As a PR graduate in Romania, with some experience in event management whilst a student, I moved in the UK a couple of years ago knowing that landing a job in PR would be a mission. Fresh out the plane, I got a job in customer services offering advice on several Government green initiatives. I learnt all the bells and whistles about solar energy and ground source heat pumps. Within six months of my employment, I was the first on the list to had exceeded all targets therefore, I was asked to apply for the team leader vacancy made available. Continue reading
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As a relative newcomer to the world of PR – having just finished my first three months as an account assistant – I’ve had to face a steep but exhilarating learning curve.
PR is much more challenging than people seem to realise, requiring a huge amount of flexibility, a willingness to turn your hand to anything, and a hefty dose of self-confidence. By my second week I was pitching to the national papers, which terrified me, but I survived!
The payoff is learning a lot incredibly quickly,. This ranges, from how to keep clients happy to writing a press release or byliner on a subject you have little knowledge of. I’ve gone from knowing next to nothing about technology to being able to chat casually about cloud storage, IT resellers and data centres; I can practically recite the names of the national education correspondents in my sleep; I can handle Tweetdeck like a ninja, zooming around columns to spot client mentions or journo requests. I’ve survived conference calls, major meetings, and I’ve even had the fun of PR networking events where the wine is flowing (and free!) and you have the opportunity to meet some of the industry’s key peoplebest and brightest.
For anyone trying to get into their first PR job, it can seem daunting – a path of internships and fierce battles for the entry-level jobs, with andand no clearly-defined entry requirements. While a degree in a subject such as English or Media might give you a slight advantage, you really can get into PR from almost any discipline and background. I got into PR with a hotchpotch combination of an English degree, some publishing internships, some temporary admin jobs and a three-month stint as a barista under my belt. All taught me skills which have come in handy, such as how to handle a tetchy demanding client customer and how to proofread.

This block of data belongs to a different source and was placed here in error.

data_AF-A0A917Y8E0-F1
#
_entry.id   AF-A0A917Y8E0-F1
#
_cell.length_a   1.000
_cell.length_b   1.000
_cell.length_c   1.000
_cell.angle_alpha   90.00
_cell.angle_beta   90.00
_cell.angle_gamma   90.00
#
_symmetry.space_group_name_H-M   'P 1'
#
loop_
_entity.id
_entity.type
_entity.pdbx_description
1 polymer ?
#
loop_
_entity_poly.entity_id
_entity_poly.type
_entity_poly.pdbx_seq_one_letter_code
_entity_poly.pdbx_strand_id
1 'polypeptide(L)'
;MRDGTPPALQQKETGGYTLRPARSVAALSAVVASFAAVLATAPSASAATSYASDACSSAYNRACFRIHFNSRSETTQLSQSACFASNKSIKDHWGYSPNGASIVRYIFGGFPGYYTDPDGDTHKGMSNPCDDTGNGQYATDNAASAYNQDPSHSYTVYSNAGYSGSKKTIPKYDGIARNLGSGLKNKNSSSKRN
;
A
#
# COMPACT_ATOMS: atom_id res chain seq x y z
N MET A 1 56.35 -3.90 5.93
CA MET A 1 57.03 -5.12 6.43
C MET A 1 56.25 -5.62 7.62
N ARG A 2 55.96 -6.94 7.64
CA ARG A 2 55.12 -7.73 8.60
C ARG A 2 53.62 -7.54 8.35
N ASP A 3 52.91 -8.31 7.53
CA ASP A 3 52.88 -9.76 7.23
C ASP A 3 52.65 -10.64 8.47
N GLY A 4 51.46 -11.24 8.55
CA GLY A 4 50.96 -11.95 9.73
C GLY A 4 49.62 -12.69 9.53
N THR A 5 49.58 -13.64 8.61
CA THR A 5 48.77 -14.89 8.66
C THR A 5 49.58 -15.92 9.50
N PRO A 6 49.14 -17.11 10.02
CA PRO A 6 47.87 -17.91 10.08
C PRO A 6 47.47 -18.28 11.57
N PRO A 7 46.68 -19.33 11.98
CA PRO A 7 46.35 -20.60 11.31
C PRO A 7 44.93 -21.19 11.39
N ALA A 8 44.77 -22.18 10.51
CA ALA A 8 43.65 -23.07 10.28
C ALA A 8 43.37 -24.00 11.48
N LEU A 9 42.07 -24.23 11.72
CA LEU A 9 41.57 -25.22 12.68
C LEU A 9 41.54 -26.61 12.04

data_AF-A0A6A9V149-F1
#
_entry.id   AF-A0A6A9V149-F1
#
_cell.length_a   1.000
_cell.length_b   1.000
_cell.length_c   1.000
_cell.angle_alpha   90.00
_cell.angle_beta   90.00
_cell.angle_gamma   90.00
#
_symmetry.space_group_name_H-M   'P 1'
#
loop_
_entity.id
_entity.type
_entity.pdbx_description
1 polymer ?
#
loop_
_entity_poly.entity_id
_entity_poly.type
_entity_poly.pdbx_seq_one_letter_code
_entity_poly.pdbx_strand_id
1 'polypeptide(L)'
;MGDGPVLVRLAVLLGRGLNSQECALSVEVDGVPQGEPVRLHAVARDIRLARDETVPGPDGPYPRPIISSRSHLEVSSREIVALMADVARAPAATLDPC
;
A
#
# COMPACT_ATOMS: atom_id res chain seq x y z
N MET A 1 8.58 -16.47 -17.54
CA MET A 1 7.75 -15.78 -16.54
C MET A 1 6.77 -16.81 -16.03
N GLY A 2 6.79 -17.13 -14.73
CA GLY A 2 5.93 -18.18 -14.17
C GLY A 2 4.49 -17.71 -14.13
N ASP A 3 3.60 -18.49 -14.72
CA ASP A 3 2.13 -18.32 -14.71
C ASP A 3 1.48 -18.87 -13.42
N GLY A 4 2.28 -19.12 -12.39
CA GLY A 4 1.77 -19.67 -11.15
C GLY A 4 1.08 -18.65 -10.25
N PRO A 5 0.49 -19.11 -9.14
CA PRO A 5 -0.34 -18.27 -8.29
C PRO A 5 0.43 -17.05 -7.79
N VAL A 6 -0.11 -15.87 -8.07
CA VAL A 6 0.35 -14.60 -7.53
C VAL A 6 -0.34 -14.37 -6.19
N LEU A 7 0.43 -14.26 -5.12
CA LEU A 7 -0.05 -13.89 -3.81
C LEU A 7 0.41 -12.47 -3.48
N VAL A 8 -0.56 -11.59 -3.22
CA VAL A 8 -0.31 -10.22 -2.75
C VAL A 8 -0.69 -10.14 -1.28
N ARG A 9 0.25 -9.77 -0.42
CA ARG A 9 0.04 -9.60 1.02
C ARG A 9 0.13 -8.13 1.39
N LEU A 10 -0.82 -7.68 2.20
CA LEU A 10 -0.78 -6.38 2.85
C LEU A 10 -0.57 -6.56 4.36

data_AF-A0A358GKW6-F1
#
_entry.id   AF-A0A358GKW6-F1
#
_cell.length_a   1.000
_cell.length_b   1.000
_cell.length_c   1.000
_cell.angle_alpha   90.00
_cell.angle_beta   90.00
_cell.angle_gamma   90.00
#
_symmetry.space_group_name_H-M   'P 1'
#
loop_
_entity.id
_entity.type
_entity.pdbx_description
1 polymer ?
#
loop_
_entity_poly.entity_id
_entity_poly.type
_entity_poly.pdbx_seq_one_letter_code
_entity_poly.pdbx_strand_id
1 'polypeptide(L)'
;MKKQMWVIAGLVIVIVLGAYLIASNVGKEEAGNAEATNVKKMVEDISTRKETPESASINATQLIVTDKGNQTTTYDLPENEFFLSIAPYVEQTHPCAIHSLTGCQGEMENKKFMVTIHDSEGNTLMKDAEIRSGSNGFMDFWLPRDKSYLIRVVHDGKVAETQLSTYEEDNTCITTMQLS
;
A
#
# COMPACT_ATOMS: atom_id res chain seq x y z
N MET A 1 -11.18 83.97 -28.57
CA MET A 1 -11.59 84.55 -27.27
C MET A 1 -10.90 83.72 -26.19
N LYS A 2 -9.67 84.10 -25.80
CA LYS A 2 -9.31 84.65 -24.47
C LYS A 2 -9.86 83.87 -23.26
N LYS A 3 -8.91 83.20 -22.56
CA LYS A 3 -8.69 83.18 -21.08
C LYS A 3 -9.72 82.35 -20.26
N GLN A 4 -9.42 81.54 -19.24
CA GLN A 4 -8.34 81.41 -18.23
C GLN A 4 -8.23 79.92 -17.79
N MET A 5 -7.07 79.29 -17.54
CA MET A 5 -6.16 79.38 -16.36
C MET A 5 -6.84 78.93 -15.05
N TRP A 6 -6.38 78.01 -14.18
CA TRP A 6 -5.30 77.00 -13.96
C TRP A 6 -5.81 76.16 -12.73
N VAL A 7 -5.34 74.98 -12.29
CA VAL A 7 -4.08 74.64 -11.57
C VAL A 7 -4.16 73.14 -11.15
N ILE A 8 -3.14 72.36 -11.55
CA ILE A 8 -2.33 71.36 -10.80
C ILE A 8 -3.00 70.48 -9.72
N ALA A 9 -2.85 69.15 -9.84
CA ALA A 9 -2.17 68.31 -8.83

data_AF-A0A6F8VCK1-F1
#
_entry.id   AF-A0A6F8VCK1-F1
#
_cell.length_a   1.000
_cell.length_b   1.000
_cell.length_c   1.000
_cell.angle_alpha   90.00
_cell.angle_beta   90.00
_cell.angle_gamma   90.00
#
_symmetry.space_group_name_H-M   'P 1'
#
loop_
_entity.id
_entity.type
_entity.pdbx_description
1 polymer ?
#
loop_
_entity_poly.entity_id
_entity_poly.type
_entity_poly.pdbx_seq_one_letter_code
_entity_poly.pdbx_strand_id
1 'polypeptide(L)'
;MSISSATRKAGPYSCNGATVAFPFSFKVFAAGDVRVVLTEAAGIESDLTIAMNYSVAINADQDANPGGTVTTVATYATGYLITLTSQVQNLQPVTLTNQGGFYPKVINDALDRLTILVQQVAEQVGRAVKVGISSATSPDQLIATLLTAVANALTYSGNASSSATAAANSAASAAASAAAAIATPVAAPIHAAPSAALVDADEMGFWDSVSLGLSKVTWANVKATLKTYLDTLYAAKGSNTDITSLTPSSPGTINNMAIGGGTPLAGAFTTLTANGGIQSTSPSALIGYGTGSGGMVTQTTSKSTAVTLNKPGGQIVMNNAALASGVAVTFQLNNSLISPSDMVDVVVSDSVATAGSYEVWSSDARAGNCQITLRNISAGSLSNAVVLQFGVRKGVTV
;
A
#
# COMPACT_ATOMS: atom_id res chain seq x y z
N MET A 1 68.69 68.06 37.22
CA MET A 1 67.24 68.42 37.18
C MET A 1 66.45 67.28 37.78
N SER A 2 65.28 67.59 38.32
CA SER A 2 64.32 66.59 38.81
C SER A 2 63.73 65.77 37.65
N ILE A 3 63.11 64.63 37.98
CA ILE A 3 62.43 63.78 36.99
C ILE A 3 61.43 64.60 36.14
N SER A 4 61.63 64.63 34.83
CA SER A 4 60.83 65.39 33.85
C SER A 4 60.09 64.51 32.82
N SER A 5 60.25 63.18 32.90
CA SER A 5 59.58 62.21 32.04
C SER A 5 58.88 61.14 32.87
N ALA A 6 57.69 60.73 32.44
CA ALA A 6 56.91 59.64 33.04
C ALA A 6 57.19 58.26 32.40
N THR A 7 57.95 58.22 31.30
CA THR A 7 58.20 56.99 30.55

If you want to make a good impression, enthusiasm will take you a long way. You’ll be asked to do daunting tasks such as calling up journalists you don’t know, and who have little patience tolerance for with PRs, but if you can put your hand to it with a good attitude and confidence you’ll win both the respect of your office and (hopefully) coverage for your client. Another important factor is creativity, especially in business PR. You have to come up with interesting ways to promote themclients, angles to make their stories accessible to the general media, and ways to get people engaged.
Like many people entering into PR, I had no real idea what to expect from the B2B world, as my main perceptions of PR came from B2C. Luckily I took to it like a duck to water, and relished the challenge to work with businesses. I’ve enjoyed my time in PR from the very first day and never feel bored or unchallenged. Right now is an exciting time for the industry as social media grows ever more important, and so if you’re hoping to get into PR there’s never been a more interesting time to go for it.
Sophie Mackintosh is an Account Assistant at TopLine Communications and can be found on Twitter on @sophmackintosh.